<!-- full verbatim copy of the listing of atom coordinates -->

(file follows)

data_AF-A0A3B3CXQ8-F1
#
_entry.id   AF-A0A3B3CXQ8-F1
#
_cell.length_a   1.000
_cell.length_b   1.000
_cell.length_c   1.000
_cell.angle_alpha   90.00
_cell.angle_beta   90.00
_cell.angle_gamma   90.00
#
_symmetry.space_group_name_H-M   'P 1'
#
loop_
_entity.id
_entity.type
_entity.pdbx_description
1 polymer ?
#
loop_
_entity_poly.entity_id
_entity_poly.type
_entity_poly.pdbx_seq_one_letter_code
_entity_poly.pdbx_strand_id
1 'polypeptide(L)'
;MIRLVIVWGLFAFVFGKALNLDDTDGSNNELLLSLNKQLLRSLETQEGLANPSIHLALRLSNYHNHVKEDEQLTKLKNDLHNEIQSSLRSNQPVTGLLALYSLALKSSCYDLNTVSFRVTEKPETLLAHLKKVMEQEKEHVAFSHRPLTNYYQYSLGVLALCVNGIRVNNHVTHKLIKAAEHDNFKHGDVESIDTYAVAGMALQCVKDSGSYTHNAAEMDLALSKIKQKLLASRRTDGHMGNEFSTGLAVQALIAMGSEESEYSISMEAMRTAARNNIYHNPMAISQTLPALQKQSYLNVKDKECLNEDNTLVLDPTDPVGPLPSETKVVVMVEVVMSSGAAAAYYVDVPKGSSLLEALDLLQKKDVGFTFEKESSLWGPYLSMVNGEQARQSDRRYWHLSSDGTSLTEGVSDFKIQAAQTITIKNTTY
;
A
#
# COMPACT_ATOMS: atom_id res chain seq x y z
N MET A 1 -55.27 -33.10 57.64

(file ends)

data_AF-A0A3B3CXQ8-F1
#
_entry.id   AF-A0A3B3CXQ8-F1
#
_cell.length_a   1.000
_cell.length_b   1.000
_cell.length_c   1.000
_cell.angle_alpha   90.00
_cell.angle_beta   90.00
_cell.angle_gamma   90.00
#
_symmetry.space_group_name_H-M   'P 1'
#
loop_
_entity.id
_entity.type
_entity.pdbx_description
1 polymer ?
#
loop_
_entity_poly.entity_id
_entity_poly.type
_entity_poly.pdbx_seq_one_letter_code
_entity_poly.pdbx_strand_id
1 'polypeptide(L)'
;MIRLVIVWGLFAFVFGKALNLDDTDGSNNELLLSLNKQLLRSLETQEGLANPSIHLALRLSNYHNHVKEDEQLTKLKNDLHNEIQSSLRSNQPVTGLLALYSLALKSSCYDLNTVSFRVTEKPETLLAHLKKVMEQEKEHVAFSHRPLTNYYQYSLGVLALCVNGIRVNNHVTHKLIKAAEHDNFKHGDVESIDTYAVAGMALQCVKDSGSYTHNAAEMDLALSKIKQKLLASRRTDGHMGNEFSTGLAVQALIAMGSEESEYSISMEAMRTAARNNIYHNPMAISQTLPALQKQSYLNVKDKECLNEDNTLVLDPTDPVGPLPSETKVVVMVEVVMSSGAAAAYYVDVPKGSSLLEALDLLQKKDVGFTFEKESSLWGPYLSMVNGEQARQSDRRYWHLSSDGTSLTEGVSDFKIQAAQTITIKNTTY
;
A
#
# COMPACT_ATOMS: atom_id res chain seq x y z
N MET A 1 -55.27 -33.10 57.64